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Why Casual Games Make Me Seem Crazy

It’s funny what a guy will do for love, for the joy of a shared experience with his spouse.  Case in point, my wife is an addict of Facebook.  Nightly, she roams the fields of this simulated society, chatting up old friends and poring over endless, endless status updates, photos, and notes.

If you frequent Facebook at all, then you’re familiar with the myriad games that whimper for your attention on every sidebar of every page along with the ads for insightful IQ quizzes.  Becky’s particular brand of poison is Farm Town, a game that is childish in its simplicity and so graphically cute that I would be embarassed to be seen playing it, much less enjoying it.

But I do play it.  A lot.

The reason for this has two parts.  First, I am an immersive gamer, so when I play a game I like to get into it.  I don’t like Pinball or Bejeweled.  I like Final Fantasy and Warcraft.  But these are not games my wife enjoys.  She will play Tetris until your eyes start bleeding, then she’ll beg for another go.  So since the mountain could not come to Mohammed, I came to Farm Town.  But I’ve made it something it wasn’t meant to be.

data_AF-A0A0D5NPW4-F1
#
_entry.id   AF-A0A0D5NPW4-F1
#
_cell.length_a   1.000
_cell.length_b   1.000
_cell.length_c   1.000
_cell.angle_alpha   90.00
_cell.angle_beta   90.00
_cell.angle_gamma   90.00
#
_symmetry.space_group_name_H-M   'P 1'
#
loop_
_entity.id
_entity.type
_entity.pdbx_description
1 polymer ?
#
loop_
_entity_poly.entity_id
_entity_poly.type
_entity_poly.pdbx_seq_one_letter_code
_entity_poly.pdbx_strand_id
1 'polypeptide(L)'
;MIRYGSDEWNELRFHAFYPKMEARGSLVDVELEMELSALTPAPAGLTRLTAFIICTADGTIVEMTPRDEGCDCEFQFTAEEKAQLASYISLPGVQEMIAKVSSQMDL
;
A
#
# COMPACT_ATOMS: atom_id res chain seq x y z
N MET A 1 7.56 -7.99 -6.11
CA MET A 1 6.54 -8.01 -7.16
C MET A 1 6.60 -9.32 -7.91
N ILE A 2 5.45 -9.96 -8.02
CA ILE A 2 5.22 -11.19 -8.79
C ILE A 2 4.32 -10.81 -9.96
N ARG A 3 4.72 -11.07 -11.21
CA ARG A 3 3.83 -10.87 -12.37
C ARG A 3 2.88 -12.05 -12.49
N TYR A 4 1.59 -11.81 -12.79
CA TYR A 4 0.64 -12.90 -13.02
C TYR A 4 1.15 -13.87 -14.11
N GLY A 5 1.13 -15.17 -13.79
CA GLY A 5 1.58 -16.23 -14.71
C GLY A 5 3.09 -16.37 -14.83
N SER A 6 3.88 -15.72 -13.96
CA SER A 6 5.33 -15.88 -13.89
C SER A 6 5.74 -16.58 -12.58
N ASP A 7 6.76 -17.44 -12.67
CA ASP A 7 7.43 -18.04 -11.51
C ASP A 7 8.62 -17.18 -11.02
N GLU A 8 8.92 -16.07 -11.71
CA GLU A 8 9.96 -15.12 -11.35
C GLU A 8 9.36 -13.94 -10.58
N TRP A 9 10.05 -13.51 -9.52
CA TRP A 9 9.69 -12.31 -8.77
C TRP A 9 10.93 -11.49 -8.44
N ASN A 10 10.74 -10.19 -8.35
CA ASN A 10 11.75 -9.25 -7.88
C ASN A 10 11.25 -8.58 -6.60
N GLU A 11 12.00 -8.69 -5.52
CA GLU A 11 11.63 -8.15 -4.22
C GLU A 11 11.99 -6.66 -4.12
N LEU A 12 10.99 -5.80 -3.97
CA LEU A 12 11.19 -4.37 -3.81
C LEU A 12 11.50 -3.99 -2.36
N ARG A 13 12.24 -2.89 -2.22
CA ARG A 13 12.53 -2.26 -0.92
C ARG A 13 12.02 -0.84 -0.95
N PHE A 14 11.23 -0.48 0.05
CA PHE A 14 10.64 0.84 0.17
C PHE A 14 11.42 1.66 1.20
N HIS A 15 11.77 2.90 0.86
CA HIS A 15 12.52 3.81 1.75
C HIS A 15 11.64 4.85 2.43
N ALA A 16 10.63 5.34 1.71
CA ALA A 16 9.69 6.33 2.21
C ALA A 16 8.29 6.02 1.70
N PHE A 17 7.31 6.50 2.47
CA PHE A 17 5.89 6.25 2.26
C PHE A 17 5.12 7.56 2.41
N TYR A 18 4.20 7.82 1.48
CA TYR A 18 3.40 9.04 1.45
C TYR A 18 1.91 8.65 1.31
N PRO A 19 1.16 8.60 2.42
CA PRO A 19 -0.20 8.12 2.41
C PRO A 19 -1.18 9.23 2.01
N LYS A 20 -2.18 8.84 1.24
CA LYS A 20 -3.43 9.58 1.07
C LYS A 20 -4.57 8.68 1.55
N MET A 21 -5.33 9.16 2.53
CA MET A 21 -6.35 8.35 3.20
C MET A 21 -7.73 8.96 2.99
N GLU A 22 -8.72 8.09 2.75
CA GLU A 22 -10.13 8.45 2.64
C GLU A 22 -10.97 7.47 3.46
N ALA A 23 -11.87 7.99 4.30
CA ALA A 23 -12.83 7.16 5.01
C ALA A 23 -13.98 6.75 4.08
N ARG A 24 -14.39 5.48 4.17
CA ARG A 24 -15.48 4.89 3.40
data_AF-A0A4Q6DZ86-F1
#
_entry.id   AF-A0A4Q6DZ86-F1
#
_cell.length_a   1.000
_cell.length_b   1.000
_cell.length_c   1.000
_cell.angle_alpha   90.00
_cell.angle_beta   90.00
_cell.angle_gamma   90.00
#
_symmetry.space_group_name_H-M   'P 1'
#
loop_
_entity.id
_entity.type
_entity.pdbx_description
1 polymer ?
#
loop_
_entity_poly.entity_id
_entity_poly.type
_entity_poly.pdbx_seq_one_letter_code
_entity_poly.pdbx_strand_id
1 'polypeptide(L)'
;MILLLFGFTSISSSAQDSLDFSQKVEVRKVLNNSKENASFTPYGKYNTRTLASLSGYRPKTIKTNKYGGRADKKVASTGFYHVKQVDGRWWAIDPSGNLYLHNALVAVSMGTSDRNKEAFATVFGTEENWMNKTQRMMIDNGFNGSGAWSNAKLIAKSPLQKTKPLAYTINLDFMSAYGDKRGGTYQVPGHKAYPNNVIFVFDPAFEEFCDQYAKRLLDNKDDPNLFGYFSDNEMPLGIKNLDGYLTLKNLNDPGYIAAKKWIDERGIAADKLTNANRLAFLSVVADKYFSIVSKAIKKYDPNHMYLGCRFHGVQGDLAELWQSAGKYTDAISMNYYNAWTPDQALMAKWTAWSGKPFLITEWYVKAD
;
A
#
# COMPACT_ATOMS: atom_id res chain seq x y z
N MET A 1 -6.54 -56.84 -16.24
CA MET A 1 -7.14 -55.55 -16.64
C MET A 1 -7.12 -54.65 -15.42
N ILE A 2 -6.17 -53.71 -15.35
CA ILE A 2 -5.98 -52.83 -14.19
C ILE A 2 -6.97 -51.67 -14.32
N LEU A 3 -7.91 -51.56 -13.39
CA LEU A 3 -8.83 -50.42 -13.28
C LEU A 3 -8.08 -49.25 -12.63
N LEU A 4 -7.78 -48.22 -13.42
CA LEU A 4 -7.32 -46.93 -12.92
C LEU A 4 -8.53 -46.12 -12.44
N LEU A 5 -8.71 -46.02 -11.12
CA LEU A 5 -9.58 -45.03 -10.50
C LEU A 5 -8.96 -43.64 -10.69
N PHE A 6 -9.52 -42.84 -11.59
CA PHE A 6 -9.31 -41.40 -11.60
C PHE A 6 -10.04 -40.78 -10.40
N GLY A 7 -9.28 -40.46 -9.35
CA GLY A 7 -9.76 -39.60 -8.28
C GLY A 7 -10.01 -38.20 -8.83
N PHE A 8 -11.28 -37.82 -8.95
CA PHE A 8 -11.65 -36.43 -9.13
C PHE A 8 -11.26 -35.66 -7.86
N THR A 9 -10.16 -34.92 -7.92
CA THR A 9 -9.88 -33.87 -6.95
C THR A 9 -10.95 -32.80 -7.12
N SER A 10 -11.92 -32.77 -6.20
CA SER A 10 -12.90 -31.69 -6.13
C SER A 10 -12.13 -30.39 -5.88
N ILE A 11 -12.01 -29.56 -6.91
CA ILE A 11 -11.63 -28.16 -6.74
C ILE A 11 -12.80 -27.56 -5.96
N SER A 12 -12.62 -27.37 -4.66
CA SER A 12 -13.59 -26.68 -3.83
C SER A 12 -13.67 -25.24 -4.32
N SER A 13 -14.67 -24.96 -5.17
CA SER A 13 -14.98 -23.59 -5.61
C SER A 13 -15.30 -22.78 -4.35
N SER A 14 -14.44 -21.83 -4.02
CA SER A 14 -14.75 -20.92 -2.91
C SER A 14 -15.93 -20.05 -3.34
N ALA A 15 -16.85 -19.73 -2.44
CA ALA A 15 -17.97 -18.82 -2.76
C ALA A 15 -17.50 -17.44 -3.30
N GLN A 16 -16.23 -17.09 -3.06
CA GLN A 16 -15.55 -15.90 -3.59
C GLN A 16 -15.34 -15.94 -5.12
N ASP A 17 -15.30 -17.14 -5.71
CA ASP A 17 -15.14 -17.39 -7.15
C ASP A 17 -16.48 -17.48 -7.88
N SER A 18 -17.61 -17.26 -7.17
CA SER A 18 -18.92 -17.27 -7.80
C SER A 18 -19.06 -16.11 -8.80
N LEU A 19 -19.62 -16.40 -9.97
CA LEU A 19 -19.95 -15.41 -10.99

I chose my farm’s name to denote both power and whimsy.  My fields are organized and arrayed for maximum efficiency and ease of movement within them, and my crops are selected for their profit margins.  I’m not making a farm.  I’m making an vegetable empire.

But that’s not really something you can really do in Farm Town.  The dark, warm part of my soul that wishes for conquest and resource control must remain unsatisfied in this family-friendly game.  So why am I not spending my free time playing those ever-immersive MMOs instead, you may ask?  The second part of my reason:  I don’t have a lot of time.

Most of the people who enjoy MMOs are either successful businesspersons who are satisfied with their lives, or unsuccessful slackers who are satisfied with their lives.  I am an unsuccessful artist who is dissatisfied.  So my free time needs to be spent working towards a more satisfying life.  Preferrably one that includes business meetings in hot tubs, and creating new and exciting ways to entertain the world.

So wave to me when you see me trying to orchestrate an offensive against the blue diamonds on my Bejeweled screen, and don’t giggle too loudly when notice that my thumbs involuntarily work invisible analog sticks to strafe around the corner and fire my rocket launcher.

I am the orphan of expensive games.  Hear me mew.

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